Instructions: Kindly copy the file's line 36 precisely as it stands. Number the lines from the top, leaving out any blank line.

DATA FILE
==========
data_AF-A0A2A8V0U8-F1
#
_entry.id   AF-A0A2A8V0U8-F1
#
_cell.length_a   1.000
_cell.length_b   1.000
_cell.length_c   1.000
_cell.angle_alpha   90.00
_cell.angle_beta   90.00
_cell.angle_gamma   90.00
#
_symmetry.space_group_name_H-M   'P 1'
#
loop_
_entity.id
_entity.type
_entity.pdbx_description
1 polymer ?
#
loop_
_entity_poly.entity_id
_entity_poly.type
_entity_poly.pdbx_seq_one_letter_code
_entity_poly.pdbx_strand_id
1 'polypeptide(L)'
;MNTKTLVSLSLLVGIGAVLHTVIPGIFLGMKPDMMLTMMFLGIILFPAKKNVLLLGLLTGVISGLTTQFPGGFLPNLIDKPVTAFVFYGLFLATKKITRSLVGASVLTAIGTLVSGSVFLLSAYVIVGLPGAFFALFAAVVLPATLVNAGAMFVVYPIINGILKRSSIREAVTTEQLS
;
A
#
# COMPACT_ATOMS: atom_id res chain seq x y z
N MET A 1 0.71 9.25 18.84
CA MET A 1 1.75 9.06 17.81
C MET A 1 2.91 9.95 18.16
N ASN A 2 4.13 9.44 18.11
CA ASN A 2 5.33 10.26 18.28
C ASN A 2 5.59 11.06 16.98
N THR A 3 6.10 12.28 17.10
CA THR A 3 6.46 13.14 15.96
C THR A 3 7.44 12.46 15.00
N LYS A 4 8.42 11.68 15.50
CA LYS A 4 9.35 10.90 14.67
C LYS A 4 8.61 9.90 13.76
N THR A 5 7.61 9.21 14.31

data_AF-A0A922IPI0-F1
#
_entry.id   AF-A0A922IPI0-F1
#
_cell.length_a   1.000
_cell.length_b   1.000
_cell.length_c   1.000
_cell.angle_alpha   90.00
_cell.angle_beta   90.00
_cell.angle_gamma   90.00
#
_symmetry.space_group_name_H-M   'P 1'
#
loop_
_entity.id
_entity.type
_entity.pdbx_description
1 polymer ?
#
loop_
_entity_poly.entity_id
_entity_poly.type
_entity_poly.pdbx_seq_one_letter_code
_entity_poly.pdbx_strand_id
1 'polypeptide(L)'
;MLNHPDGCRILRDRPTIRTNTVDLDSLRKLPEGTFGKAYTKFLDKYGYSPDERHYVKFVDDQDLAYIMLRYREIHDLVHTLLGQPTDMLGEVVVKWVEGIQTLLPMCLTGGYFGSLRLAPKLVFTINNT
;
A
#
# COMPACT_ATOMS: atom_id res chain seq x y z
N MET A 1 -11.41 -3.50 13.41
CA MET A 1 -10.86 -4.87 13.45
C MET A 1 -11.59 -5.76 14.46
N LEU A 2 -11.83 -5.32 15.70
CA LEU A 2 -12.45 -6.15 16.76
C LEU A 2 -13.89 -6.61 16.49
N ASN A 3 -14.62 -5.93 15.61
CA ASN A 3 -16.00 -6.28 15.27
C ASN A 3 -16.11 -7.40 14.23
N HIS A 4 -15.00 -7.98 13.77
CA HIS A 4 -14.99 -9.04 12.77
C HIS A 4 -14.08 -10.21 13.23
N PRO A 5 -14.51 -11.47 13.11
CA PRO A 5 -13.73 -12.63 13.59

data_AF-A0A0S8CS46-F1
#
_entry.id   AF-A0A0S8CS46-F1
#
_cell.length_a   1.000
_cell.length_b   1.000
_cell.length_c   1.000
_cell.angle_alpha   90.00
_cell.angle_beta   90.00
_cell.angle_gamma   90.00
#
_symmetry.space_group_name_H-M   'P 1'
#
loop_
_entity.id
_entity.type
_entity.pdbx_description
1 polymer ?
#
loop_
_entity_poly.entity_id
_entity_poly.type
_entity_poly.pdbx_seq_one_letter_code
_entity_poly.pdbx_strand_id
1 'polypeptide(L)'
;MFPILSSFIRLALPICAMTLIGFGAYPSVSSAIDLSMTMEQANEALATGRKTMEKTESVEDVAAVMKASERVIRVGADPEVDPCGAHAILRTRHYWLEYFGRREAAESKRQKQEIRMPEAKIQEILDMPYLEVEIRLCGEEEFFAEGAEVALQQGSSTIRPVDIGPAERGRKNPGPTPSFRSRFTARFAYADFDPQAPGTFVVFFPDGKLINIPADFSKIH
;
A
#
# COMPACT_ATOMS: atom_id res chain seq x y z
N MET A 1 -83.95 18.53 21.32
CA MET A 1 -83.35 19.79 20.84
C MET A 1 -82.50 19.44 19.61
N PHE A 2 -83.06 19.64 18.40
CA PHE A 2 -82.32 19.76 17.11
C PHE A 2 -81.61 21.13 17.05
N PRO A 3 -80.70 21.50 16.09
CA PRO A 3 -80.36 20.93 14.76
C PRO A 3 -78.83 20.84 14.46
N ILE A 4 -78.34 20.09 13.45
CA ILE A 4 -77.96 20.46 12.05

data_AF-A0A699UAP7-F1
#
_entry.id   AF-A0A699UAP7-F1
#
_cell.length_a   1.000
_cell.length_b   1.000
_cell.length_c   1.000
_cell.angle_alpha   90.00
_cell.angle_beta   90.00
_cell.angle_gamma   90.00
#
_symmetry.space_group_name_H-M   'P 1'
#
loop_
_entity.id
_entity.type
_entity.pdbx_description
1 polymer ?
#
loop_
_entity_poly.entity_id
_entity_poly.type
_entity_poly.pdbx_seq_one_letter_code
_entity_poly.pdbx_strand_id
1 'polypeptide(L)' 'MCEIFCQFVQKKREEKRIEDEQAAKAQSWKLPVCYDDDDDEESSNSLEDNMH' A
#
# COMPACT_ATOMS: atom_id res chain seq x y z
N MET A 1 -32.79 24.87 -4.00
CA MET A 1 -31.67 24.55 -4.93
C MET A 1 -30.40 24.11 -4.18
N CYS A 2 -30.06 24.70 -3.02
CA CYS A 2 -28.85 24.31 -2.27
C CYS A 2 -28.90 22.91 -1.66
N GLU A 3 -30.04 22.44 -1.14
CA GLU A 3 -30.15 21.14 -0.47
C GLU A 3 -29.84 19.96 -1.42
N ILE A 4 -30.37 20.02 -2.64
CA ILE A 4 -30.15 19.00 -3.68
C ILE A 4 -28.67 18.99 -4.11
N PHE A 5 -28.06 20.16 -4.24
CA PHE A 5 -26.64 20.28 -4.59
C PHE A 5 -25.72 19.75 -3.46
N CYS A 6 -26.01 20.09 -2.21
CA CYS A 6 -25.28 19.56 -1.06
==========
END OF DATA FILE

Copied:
C ASN A 2 5.59 11.06 16.98